In chapter 5 of Acts, Luke records the apostle's confrontation with the members of t he Sanhedrin. In our particular passage for study we read of the apostles' arrest, their miraculous escape from prison, their rearrest, and Peter's defence before the Sanhedrin. Luke records how the apostles, under the Lord, have no need to step back from their preaching mission. The authorities may rant and rave, but they are left befuddled before God's mighty hand; the gospel cannot be muffled.
v17-18. In chapter 4 we read of Peter and John's examination before the Sanhedrin following the healing of the cripple at Beautiful Gate. Peter and John refuse to stop preaching (disturbing the populous) and so, after further healings, the authorities act to arrest them.
v19-25. The religious authorities, particularly the Sadducees, were obviously planning some serious retribution, but the apostles are mysteriously freed and are again preaching "in the temple courts." Their mysterious escape at least implies that they had support in high places, so the authorities will need to take care how they proceed. Luke tells us that the apostles were not freed because of a political conspiracy, but rather by the direct hand of God; a messenger (an "angel") from God had set them free and told them to continue to preach. Naturally, the guards are fearful, following the apostles' escape, since they are responsible for the security of their prisoners.
v26-27. On hearing that the apostles are again preaching in the temple courts, the "captain of the temple guard" is sent to rearrest them, but this time with a softly-softly approach. There is an obvious need not to stir up the populous.
v28. In the presence of the Sanhedrin the apostles are reminded that they were given strict instructions not to teach the people about "that man." In fact, they have done the opposite. The Sadducees interpret the apostles' actions as an attempt to hold them responsible for the death of Jesus in the eyes of the populous.
v29. Peter, on behalf of the other apostles, answers the charge by resting on divine authority. The authority of the Sanhedrin is substantial, but the apostles must submit to God rather than the authority of man.
v30-31. Peter goes on to restate the substance of the apostolic gospel. cf. 2:22-36, 3:13-26, 4:10-12.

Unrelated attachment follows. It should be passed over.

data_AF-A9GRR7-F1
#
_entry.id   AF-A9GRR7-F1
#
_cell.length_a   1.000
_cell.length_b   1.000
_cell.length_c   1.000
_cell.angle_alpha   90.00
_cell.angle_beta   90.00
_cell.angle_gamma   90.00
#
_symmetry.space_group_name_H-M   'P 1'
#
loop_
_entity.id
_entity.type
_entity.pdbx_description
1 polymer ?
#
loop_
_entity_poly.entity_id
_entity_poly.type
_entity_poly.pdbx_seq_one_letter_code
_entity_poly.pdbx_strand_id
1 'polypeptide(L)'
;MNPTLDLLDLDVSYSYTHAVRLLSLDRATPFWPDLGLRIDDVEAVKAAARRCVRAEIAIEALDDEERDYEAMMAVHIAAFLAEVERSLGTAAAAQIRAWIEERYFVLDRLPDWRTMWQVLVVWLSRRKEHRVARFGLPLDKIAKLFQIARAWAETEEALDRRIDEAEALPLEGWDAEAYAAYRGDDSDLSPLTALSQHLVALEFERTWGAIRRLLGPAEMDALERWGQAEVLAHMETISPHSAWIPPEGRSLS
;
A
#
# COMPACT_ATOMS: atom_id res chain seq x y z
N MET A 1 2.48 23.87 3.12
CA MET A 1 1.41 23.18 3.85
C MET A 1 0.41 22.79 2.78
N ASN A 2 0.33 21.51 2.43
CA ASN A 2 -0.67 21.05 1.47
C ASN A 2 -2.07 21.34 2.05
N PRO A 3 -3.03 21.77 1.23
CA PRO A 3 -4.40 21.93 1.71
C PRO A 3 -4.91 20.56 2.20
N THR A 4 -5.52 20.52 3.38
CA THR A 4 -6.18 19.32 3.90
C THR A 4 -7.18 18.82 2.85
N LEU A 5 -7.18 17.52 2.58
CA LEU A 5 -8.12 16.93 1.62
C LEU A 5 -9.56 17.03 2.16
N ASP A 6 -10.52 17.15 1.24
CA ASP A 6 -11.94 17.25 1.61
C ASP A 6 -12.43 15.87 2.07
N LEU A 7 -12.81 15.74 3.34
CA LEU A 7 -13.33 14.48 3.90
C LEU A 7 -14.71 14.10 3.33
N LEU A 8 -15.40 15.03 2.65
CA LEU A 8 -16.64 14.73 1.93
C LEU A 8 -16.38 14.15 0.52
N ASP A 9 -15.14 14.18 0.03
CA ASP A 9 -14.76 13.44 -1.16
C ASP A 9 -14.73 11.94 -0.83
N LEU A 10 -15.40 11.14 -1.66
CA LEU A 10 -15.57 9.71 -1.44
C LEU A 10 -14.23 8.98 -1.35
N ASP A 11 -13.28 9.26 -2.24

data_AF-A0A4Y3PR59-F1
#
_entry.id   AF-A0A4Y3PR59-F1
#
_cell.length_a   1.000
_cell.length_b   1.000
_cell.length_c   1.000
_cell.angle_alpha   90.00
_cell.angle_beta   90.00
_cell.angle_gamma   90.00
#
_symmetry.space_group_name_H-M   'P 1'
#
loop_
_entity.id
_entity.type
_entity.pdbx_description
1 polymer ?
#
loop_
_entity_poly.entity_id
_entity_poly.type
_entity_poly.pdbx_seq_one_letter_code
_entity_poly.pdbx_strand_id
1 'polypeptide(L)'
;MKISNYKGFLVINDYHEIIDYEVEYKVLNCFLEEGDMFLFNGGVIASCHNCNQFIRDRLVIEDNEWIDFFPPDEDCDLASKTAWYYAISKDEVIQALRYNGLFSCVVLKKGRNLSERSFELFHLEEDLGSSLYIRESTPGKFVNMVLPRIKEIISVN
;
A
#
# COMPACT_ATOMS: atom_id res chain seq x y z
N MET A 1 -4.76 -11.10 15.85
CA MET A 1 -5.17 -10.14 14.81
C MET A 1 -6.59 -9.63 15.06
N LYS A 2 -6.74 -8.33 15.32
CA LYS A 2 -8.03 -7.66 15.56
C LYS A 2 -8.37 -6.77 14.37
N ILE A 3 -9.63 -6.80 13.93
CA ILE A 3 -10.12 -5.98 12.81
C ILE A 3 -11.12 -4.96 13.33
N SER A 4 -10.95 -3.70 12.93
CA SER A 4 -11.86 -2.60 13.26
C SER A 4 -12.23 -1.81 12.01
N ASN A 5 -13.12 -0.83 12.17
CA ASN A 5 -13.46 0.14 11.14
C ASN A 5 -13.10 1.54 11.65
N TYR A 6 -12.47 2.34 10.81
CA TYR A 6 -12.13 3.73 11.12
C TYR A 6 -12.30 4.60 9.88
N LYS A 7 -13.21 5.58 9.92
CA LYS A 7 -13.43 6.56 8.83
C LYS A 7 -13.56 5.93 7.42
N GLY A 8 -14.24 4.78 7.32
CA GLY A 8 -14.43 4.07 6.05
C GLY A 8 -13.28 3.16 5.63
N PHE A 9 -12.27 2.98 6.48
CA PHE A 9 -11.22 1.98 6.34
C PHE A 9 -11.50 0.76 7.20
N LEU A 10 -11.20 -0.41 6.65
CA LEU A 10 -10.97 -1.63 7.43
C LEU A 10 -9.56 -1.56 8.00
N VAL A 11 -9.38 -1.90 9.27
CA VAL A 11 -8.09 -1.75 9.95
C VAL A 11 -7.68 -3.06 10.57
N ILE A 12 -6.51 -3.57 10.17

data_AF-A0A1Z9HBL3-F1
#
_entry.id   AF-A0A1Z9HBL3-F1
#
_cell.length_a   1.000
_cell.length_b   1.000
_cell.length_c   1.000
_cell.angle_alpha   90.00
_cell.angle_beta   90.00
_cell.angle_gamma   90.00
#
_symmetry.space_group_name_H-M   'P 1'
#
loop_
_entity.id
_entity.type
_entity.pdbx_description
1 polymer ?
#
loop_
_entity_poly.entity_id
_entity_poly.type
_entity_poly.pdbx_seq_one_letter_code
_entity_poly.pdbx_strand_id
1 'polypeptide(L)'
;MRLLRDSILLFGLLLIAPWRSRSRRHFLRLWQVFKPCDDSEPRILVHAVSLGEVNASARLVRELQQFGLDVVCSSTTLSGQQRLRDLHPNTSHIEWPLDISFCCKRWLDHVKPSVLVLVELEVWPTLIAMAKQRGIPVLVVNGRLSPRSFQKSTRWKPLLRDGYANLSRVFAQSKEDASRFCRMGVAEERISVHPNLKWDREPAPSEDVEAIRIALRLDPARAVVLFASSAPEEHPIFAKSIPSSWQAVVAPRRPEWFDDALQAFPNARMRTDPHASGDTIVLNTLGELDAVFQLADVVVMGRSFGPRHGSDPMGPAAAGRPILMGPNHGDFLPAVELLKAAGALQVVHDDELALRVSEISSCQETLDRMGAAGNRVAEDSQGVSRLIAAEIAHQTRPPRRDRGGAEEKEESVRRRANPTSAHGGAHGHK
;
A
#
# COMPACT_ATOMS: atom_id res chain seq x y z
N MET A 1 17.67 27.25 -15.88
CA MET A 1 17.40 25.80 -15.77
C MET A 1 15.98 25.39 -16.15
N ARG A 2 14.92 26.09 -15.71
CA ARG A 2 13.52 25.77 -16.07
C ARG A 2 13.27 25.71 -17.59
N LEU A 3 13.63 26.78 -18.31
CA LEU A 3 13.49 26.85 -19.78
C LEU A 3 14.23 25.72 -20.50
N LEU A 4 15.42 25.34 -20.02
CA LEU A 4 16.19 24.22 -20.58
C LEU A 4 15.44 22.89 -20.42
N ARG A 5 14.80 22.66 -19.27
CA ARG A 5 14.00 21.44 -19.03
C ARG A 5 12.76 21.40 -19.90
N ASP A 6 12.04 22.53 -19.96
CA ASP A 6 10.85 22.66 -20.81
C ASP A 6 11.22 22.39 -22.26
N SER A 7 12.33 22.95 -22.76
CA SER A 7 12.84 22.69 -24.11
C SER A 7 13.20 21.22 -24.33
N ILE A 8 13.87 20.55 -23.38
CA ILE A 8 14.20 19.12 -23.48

i] "God raised Jesus up", in the sense of establishing him as messiah, in the same sense as God "raised up David", cf. 3:26, 13:33. So, God has anointed Jesus as Israel's long-awaited prophet, priest and king.
ii] "You killed by hanging him on a tree." As prophesied, God's people set upon his "suffering servant", cursing him with an ignominious death - "he that is hanged on a tree is cursed of God", Deut.21:23. The people of Israel have inflicted disgrace on their messiah, disgrace on the innocent one.
iii] "God exalted him." Here the reference is probably to Jesus' resurrection and ascension. Jesus is now Lord and Saviour, possessing glory, authority and power.
iv] "To grant repentance and forgiveness of sins." Therefore, Jesus is authorized to provide for his people a time to repent, along with the blessing of forgiveness (peace with God).
v32. The apostles are witnesses of these truths - they "beheld his glory", they are witnesses to Christ's life, death, resurrection and ascension. This witness is confirmed by the Holy Spirit, whose power is active in the apostles' ministry.
The apostles boldly preach the good news in the temple at Jerusalem, despite repeated threats of arrest and imprisonment from the authorities. For a second time they are brought before the rulers of the Sanhedrin, a body which had previously given strict orders that they not teach in the name of Jesus. Despite this, the apostles spread their teaching all over Jerusalem - joyously telling the people all about "this new life" in Jesus. The apostles' response to the accusations brought against them is simply "we must obey God, not any human authority." This gospel of Christ, which they believed with all their heart, is something they felt compelled to share in order that others might experience this new life. The Easter event changed their lives, empowering them to preach, teach and heal in Jesus' name.
The focus of this passage is upon the irresistible communication of the gospel, yes, even to those who would muzzle it. The content of Peter's proclamation to the Sanhedrin is common to the book of Acts. In the book of Acts the punch-line of the gospel is twofold: First, the apostles proclaim the glorification of Jesus Christ in his resurrection and ascension and, by implication, his enthronement as Lord; Second, they called for repentance, with its associated gift of forgiveness - a new relationship with God, life eternal. The apostolic preaching did not develop a theology of the cross, it did not develop a redemptive theology. The atonement, as spelled out, for example, in Romans, concerns the Christian life, it assures us of our eternal right-standing in the sight of God, by grace through faith.
The lost, whether living in the first century or today, need to hear that although God's man, Jesus (the Jewish messiah), was taken and crucified by wicked men, the grave could not hold him, such that he now reigns eternally at God's right hand with the power to save. For those who turn to God (repentance), forgiveness is now assured by God's man, Jesus. Let us personally act on this truth - believe it and communicate it.
Identify the elements in Peter's gospel message and compare them with his message in 4:10-12. Compose a twenty-first century equivalent.